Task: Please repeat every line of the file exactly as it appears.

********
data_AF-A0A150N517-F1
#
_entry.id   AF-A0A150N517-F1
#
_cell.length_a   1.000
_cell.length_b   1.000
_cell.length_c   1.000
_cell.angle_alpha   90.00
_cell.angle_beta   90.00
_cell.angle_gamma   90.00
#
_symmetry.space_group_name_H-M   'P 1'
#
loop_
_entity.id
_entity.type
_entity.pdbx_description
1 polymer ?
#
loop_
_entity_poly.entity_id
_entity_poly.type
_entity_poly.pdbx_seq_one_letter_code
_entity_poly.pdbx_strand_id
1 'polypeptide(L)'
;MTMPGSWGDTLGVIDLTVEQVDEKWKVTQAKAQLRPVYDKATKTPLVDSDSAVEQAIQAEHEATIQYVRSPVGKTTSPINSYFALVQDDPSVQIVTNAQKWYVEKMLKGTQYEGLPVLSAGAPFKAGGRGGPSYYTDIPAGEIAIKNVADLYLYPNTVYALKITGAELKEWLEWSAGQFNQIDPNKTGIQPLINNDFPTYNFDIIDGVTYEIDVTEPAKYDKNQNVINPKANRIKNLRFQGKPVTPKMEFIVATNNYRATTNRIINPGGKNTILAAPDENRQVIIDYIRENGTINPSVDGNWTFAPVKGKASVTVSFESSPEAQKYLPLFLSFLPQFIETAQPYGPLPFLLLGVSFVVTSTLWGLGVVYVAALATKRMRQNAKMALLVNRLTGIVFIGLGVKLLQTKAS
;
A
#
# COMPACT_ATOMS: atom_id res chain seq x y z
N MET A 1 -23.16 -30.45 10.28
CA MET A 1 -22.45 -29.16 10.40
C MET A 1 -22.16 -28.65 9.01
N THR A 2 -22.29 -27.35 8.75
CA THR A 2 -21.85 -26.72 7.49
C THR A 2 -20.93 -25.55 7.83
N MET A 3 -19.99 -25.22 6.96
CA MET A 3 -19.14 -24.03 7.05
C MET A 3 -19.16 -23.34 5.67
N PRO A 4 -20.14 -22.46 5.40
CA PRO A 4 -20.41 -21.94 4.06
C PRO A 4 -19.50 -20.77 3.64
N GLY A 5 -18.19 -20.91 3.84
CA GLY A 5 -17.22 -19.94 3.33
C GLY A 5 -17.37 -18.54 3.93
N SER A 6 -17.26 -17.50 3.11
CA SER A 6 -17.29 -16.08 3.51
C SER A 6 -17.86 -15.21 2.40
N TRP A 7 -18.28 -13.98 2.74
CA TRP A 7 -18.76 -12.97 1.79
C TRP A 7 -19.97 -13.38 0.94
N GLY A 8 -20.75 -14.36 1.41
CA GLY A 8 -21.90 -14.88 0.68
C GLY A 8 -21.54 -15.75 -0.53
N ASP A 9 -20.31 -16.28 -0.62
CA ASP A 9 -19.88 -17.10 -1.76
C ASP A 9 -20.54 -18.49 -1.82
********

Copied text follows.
data_AF-A0A150N517-F1
#
_entry.id   AF-A0A150N517-F1
#
_cell.length_a   1.000
_cell.length_b   1.000
_cell.length_c   1.000
_cell.angle_alpha   90.00
_cell.angle_beta   90.00
_cell.angle_gamma   90.00
#
_symmetry.space_group_name_H-M   'P 1'
#
loop_
_entity.id
_entity.type
_entity.pdbx_description
1 polymer ?
#
loop_
_entity_poly.entity_id
_entity_poly.type
_entity_poly.pdbx_seq_one_letter_code
_entity_poly.pdbx_strand_id
1 'polypeptide(L)'
;MTMPGSWGDTLGVIDLTVEQVDEKWKVTQAKAQLRPVYDKATKTPLVDSDSAVEQAIQAEHEATIQYVRSPVGKTTSPINSYFALVQDDPSVQIVTNAQKWYVEKMLKGTQYEGLPVLSAGAPFKAGGRGGPSYYTDIPAGEIAIKNVADLYLYPNTVYALKITGAELKEWLEWSAGQFNQIDPNKTGIQPLINNDFPTYNFDIIDGVTYEIDVTEPAKYDKNQNVINPKANRIKNLRFQGKPVTPKMEFIVATNNYRATTNRIINPGGKNTILAAPDENRQVIIDYIRENGTINPSVDGNWTFAPVKGKASVTVSFESSPEAQKYLPLFLSFLPQFIETAQPYGPLPFLLLGVSFVVTSTLWGLGVVYVAALATKRMRQNAKMALLVNRLTGIVFIGLGVKLLQTKAS
;
A
#
# COMPACT_ATOMS: atom_id res chain seq x y z
N MET A 1 -23.16 -30.45 10.28
CA MET A 1 -22.45 -29.16 10.40
C MET A 1 -22.16 -28.65 9.01
N THR A 2 -22.29 -27.35 8.75
CA THR A 2 -21.85 -26.72 7.49
C THR A 2 -20.93 -25.55 7.83
N MET A 3 -19.99 -25.22 6.96
CA MET A 3 -19.14 -24.03 7.05
C MET A 3 -19.16 -23.34 5.67
N PRO A 4 -20.14 -22.46 5.40
CA PRO A 4 -20.41 -21.94 4.06
C PRO A 4 -19.50 -20.77 3.64
N GLY A 5 -18.19 -20.91 3.84
CA GLY A 5 -17.22 -19.94 3.33
C GLY A 5 -17.37 -18.54 3.93
N SER A 6 -17.26 -17.50 3.11
CA SER A 6 -17.29 -16.08 3.51
C SER A 6 -17.86 -15.21 2.40
N TRP A 7 -18.28 -13.98 2.74
CA TRP A 7 -18.76 -12.97 1.79
C TRP A 7 -19.97 -13.38 0.94
N GLY A 8 -20.75 -14.36 1.41
CA GLY A 8 -21.90 -14.88 0.68
C GLY A 8 -21.54 -15.75 -0.53
N ASP A 9 -20.31 -16.28 -0.62
CA ASP A 9 -19.88 -17.10 -1.76
C ASP A 9 -20.54 -18.49 -1.82